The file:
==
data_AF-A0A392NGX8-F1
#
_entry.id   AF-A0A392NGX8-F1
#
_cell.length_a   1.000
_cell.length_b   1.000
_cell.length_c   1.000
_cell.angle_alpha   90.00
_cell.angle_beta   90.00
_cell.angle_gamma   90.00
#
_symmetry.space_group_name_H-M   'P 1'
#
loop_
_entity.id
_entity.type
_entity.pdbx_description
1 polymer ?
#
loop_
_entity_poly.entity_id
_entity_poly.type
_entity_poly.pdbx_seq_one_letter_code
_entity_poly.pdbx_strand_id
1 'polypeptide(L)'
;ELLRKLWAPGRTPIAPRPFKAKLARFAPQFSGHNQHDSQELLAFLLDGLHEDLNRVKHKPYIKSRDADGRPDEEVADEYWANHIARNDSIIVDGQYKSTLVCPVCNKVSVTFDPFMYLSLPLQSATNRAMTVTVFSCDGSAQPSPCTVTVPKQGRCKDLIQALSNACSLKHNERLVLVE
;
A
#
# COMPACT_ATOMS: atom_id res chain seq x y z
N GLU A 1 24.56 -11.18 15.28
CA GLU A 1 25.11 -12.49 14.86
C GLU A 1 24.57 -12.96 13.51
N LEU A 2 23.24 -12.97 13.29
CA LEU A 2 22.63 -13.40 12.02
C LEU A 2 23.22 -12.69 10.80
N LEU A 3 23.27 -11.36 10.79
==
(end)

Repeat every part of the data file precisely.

data_AF-A0A392NGX8-F1
#
_entry.id   AF-A0A392NGX8-F1
#
_cell.length_a   1.000
_cell.length_b   1.000
_cell.length_c   1.000
_cell.angle_alpha   90.00
_cell.angle_beta   90.00
_cell.angle_gamma   90.00
#
_symmetry.space_group_name_H-M   'P 1'
#
loop_
_entity.id
_entity.type
_entity.pdbx_description
1 polymer ?
#
loop_
_entity_poly.entity_id
_entity_poly.type
_entity_poly.pdbx_seq_one_letter_code
_entity_poly.pdbx_strand_id
1 'polypeptide(L)'
;ELLRKLWAPGRTPIAPRPFKAKLARFAPQFSGHNQHDSQELLAFLLDGLHEDLNRVKHKPYIKSRDADGRPDEEVADEYWANHIARNDSIIVDGQYKSTLVCPVCNKVSVTFDPFMYLSLPLQSATNRAMTVTVFSCDGSAQPSPCTVTVPKQGRCKDLIQALSNACSLKHNERLVLVE
;
A
#
# COMPACT_ATOMS: atom_id res chain seq x y z
N GLU A 1 24.56 -11.18 15.28
CA GLU A 1 25.11 -12.49 14.86
C GLU A 1 24.57 -12.96 13.51
N LEU A 2 23.24 -12.97 13.29
CA LEU A 2 22.63 -13.40 12.02
C LEU A 2 23.22 -12.69 10.80
N LEU A 3 23.27 -11.36 10.79